Basic Strategy in Context
centres on real-world firms and managers by giving each chapter?s cases a higher weighting in importance and explanation than is normal. Given this emphasis on real-world as opposed to theoretical treatment the book enables the solving of practical business problems like those below. This emphasis on reality is cemented by the book?s treatment of diversity as being the norm highlighted through European business cases from different countries. Giving example answers and links from case to theory rams home further the expected usefulness of the book to students about to enter industry. Often theory and cases are treated as different and separated topics; we believe that our integrated didactic treatment is quite unique. Finally we use the basic theories of strategy and then show how these mainly simple concepts can be extended to solve tricky business problems anywhere in any industry.
Here is a sample of specific practical problems to which this book can show solutions:
Why are resources important and how are they leveraged? Using the case of a British failure (Railtrack) we show the fatal consequences of neglecting existing resources, and then in a completely different country and industry (Carlo Gavazzi Space in Italy) how resources can be utilised from outside the firm to achieve leverage.
Given our emphasis on diversity we highlight successful change in a foreign and inflexible environment (Japan and Carlos Ghosn). But can change be planned? Sometimes events or luck sabotage the best intentions as shown in the Samsung case.
The book differentiates itself from the competition in four ways:
- Cases form the highlight of the book. Taking European and some international cases as the starting point, the objective is to link themes or topics to a description of their effect on the firm. The linkage will occur at the relevant point in the case, not in a separate section or in another book. The author team has used several longitudinal cases spread over a 15-20 year period. The longitudinal cases are supported by some new, non-longitudinal cases selected from award winning cases associated with the LRP Journal and the Gate2Growth Academic Network. We feel such an emphasis on cases is a novel feature.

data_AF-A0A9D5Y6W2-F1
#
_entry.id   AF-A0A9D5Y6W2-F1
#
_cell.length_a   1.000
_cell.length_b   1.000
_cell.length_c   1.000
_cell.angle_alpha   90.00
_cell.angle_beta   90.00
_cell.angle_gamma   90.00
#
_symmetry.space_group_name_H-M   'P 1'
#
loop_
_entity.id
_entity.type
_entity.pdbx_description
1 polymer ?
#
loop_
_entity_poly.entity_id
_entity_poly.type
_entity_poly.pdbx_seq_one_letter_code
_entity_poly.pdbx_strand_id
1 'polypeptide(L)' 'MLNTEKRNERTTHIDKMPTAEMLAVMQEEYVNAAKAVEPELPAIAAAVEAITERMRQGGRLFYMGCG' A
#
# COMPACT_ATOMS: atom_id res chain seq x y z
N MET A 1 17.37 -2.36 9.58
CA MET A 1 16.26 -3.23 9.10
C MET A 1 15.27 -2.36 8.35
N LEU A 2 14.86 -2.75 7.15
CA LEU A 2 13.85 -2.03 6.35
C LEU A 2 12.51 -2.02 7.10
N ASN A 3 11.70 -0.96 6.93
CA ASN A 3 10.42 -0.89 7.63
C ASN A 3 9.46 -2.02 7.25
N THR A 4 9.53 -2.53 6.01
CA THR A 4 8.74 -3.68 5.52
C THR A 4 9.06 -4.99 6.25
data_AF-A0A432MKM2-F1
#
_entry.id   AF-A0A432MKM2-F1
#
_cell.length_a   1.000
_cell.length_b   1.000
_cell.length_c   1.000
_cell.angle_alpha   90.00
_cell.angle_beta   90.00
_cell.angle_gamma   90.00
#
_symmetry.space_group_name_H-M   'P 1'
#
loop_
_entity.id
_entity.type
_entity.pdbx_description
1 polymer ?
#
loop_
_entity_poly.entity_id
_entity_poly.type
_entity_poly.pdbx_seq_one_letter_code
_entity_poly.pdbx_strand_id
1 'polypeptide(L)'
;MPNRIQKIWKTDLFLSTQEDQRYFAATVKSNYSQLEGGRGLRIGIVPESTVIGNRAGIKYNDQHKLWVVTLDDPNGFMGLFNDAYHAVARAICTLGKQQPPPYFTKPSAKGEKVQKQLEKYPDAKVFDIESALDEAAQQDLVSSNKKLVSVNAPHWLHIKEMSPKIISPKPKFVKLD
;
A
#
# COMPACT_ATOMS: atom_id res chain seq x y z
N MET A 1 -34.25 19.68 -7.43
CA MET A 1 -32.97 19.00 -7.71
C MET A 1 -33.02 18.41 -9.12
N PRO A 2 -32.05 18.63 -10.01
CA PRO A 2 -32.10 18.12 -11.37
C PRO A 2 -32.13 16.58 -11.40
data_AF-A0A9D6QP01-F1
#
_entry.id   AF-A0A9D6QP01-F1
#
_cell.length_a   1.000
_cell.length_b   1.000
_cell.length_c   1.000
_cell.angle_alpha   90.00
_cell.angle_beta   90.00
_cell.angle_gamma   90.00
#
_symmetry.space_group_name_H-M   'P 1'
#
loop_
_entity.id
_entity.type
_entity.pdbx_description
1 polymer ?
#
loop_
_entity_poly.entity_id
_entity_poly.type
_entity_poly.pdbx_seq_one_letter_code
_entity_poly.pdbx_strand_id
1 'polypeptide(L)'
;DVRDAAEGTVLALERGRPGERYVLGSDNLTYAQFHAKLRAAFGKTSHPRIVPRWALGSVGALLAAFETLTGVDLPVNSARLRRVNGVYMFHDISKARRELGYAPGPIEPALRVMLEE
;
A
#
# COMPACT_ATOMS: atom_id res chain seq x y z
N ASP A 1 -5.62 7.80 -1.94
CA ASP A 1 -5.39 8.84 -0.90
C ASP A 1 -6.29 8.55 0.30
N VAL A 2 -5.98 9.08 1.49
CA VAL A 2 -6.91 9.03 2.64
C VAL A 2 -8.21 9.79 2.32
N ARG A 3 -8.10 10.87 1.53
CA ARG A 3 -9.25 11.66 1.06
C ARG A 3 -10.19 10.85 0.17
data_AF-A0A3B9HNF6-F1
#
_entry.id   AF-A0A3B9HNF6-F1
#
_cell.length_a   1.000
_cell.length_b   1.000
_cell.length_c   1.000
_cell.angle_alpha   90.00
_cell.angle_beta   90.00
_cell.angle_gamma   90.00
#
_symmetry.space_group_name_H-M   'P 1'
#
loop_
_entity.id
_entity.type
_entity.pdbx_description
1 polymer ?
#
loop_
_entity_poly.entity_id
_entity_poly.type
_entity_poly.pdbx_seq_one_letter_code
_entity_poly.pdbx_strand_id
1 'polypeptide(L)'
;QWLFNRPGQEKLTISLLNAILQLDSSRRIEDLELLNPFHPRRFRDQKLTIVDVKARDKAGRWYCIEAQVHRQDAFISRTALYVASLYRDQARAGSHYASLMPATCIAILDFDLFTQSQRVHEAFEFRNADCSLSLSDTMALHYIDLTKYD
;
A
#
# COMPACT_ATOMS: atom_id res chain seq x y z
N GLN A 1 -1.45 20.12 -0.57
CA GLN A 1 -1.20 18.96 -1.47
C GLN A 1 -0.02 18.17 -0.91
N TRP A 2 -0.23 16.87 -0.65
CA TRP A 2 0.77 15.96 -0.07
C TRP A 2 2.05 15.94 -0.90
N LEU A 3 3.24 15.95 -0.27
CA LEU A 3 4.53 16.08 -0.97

- The theory is explained using a range of modern didactic methods not usually found in competitive offerings. Examples include colour coded and highlighted links from the theory to the case, questions inside each theory section with model answers and unanswered questions to test the student?s grasp of the concepts.
- The book features a mixture of cases from short specific to academically challenging ones. Too often, superficial cases are placed at the end of chapters in strategy theory books. They are picked to emphasize the topics of the preceding chapters. The result is spoon-feeding, with little need or motivation to provoke individual thought or learning. The cases in this book are comprehensive, approximately 20 pages in length, with ample quantitative and qualitative data, thus forcing a modicum of effort from the student. Shorter cases are also included for ease of understanding and instructor flexibility.
- Another differentiating feature is the emphasis on diversity hence the use of European as opposed to US based cases.
"Thomson and Baden-Fuller have crafted a highly original and practical strategy textbook covering a wide range of strategic issues, debates, and frameworks. Their work contains a thorough overview of the strategy field, appealing cases of European firms such as Abrakebabra and Your cup of tea, as well as insightful treatises on the Brent Spar ignominy and the weapon industry. The clever combination of mini-cases, theory, questions and full-fledged cases, and a clear overall structure ensure that students obtain a representative image of strategy as it plays out in the 21st century."
?Paul W.L. Vlaar, Associate Professor, Vrij